The concept of POVMs is unnecessarily abstract, but there are simple POVMs equivalent to discrete quantum measures; see Section 4.1 of my paper.

  35. A. Neumaier says:
    Very nice description of how QM marries up with CM. How does this resolve the mystery of entanglement?

    The concept is nowhere needed in this approach to quantum mechanics, hence there is no mystery about it at this level.

    Entanged states are just very special cases of density operators expressed in a very specific basis. They become a matter of curiosity only if one looks for extremal situations that can be prepared only for systems in which a very small number of degrees of freedom are treated quantum mechanically.

  36. A. Neumaier says:
    What’s the main new idea here?

    New compared to what?

    From this summary, which is written nicely and clearly, I have a feeling that I knew all this before.

    For example, where did you know from what I said in the very first sentence about quantum phase space coordinates?

    Insight summary (first sentence) said

    This Insight article presents the main features of a conceptual foundation of quantum physics with the same characteristic features as classical physics – except that the density operator takes the place of the classical phase space coordinates position and momentum.

    Do I miss something?

    What I consider new for the general reader was specified at the beginning:

    Insight summary said

    This Insight article […] gives for the first time a formally precise definition of quantum measurement that

    • is applicable without idealization to complex, realistic experiments;
    • allows one to derive the standard quantum mechanical machinery from a single, well-motivated postulate;
    • leads to objective (i.e., observer-independent, operational, and reproducible) quantum state assignments to all sufficiently stationary quantum systems.

    The paper shows that the amount of objectivity in quantum physics is no less than that in classical physics.

    If you know how to do all this consistently you miss nothing. Otherwise you should read the full paper, where everything is argued in full detail, so that it cab be easily integrated into a first course on quantum mechanics.

  37. RUTA says:
    Very nice description of how QM marries up with CM. In particular, its operational approach greatly clarifies the Born rule in terms of empiricism, which is the way I view physics as a physicist. I agree that the standard introduction contains otherwise “mysterious” mathematical abstractions. How does this resolve the mystery of entanglement?
  38. fresh_42 says:
    … the more modern approach to represent observables by POVMS rather than the standard formulation with self-adjoint operators …

    As a layman in QM I looked up POVM and found a function ##\mu\, : \,\mathcal{A}\longrightarrow \mathcal{B(H)}## with ##0\leq \mu(A) \leq \operatorname{id}_{\mathcal{H}}## with self-adjoint operators as values. It seems to be the same difference as a distribution function is to a probability measure, i.e. more of a different wording than a different approach.

    Do I miss something?

  39. vanhees71 says:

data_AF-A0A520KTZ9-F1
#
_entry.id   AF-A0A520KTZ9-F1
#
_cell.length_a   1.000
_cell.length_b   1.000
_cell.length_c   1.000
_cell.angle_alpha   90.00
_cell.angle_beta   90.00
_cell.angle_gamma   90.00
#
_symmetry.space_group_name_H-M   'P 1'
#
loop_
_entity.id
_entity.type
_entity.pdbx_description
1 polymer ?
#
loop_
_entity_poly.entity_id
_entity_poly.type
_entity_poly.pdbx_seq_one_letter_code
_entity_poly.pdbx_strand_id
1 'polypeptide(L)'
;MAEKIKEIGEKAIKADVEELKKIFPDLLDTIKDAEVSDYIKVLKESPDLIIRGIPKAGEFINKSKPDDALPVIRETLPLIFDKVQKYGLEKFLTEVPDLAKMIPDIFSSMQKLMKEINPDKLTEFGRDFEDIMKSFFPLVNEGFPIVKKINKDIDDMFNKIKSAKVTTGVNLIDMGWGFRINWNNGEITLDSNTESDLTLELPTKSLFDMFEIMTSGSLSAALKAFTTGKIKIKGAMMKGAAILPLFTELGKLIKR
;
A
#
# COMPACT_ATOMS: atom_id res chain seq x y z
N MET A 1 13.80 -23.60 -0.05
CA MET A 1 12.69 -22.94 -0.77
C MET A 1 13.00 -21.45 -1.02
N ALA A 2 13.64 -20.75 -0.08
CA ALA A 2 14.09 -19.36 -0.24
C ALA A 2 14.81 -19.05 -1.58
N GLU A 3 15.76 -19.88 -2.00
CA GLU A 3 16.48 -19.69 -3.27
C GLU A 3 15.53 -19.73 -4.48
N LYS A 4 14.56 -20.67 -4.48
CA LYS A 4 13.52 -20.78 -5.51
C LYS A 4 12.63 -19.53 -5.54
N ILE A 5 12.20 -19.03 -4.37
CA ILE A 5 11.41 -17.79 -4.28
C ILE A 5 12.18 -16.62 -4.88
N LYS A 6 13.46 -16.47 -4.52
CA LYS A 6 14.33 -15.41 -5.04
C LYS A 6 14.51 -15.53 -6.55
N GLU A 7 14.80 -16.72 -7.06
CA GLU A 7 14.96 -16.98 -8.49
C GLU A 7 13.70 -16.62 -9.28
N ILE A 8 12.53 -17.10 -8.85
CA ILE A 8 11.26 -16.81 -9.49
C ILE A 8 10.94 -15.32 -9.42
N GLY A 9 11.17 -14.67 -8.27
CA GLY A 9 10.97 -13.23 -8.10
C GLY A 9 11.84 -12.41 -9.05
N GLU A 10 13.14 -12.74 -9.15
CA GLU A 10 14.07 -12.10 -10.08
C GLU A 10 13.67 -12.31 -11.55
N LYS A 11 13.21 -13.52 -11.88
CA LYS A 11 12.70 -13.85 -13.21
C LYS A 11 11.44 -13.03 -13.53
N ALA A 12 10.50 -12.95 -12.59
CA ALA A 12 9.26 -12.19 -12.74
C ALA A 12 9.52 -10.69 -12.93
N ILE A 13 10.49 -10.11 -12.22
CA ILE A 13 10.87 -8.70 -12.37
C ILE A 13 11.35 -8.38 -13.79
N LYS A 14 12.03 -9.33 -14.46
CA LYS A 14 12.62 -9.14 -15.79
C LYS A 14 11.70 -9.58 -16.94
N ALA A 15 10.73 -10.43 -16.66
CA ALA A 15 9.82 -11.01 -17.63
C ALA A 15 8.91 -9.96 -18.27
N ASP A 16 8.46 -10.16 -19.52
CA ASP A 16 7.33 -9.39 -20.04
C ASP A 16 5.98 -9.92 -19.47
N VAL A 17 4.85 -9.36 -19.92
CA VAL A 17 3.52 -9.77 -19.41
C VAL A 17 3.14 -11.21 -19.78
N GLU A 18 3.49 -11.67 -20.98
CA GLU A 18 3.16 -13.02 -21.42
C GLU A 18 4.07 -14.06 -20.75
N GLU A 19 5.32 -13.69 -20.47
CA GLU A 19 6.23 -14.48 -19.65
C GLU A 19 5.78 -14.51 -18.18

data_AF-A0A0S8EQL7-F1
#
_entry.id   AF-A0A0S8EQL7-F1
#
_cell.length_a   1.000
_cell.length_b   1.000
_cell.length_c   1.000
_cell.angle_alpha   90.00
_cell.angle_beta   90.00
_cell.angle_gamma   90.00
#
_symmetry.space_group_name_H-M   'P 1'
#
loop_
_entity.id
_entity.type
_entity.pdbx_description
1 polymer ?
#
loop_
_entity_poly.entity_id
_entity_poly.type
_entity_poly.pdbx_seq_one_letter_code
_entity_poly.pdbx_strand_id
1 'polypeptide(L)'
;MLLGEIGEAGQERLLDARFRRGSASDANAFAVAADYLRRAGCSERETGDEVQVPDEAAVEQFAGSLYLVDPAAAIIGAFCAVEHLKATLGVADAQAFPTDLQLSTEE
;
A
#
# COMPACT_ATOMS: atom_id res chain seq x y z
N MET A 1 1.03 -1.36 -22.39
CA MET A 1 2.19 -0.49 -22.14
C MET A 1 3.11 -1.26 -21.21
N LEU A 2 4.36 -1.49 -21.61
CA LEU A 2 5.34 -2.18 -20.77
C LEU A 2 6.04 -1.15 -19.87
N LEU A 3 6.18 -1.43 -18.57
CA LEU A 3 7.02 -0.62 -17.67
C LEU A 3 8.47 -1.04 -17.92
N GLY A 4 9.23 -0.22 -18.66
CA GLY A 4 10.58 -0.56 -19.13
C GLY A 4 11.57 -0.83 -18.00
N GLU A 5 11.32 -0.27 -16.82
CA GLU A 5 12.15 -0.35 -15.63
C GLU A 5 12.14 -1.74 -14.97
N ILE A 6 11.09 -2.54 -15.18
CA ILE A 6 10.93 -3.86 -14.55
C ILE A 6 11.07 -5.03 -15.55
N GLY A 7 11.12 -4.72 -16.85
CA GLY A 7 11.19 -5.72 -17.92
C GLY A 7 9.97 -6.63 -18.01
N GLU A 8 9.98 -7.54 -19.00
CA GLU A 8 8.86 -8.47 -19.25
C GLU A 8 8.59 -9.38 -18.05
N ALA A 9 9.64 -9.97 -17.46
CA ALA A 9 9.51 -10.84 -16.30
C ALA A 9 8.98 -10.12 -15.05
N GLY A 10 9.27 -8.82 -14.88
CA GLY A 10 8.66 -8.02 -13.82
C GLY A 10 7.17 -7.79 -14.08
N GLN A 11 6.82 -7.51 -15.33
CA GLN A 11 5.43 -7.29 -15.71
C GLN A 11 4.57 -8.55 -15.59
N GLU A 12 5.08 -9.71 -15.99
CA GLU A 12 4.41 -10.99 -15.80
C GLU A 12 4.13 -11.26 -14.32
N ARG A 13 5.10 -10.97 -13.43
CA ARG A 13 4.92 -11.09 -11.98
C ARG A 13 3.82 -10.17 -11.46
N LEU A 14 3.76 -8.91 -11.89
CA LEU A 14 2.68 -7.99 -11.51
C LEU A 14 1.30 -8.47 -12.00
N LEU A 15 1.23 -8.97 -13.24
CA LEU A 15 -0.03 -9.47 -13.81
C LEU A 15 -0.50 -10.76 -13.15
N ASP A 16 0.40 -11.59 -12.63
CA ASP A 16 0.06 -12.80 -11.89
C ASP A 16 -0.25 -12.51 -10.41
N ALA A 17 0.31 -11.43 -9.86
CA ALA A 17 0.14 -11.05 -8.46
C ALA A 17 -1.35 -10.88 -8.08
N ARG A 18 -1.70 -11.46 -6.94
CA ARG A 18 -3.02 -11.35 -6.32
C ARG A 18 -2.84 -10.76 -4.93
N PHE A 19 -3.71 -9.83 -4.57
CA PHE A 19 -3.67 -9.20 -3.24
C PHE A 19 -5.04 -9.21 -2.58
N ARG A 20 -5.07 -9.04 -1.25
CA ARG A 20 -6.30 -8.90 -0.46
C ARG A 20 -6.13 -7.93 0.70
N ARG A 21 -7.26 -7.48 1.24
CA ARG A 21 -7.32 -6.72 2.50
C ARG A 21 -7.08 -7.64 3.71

Indeed, I think it’s just a reformulation of the minimal statistical interpretation, taking into account the more modern approach to represent observables by POVMS rather than the standard formulation with self-adjoint operators (referring to von Neumann filter measurements, which are a special case of POVMS).
  40. Demystifier says:
    What’s the main new idea here? From this summary, which is written nicely and clearly, I have a feeling that I knew all this before. Do I miss something?
  41. vanhees71 says:
    Great!

    That confirms my (still superficial) understanding that now I’m allowed to interpret ##\hat{\rho}## and the trace operation as expectation values in the usual statistical sense, and that makes the new approach much more understandable than what you called before "thermal interpretation". I also think that the entire conception is not much different from the minimal statistical interpretation. The only change to the "traditional" concept seems to be that you use the more general concept of POVM than the von Neumann filter measurements, which are only a special case.

    The only objection I have is the statement concerning EPR. It cannot be right, because local realistic theories are not consistent with the quantum-theoretical probability theory, which is proven by the violation of Bell’s inequalities (and related properties of quantum-mechanically evaluated correlation functions, etc) through the quantum mechanical predictions and the confirmation of precisely these violations in experiments.

    The upshot is: As quantum theory predicts, the outcomes of all possible measurements on a system, prepared in any state ##\hat{\rho}## (I take it that it is allowed also in your new conception to refer to ##\hat{\rho}## as the description of equivalence classes of preparation procedures, i.e., to interpret the word "quantum source" in the standard way) are not due to predetermined values of the measured observables. All the quantum state implies are the probabilities for the outcome of measurements. The values of observables are thus only determined by the preparation procedure if they take a certain value with 100% probability. I think within your conceptional frame work, "observable" takes a more general meaning as the outcome of some measurement device ("pointer reading") definable in the most general sense as a POVM.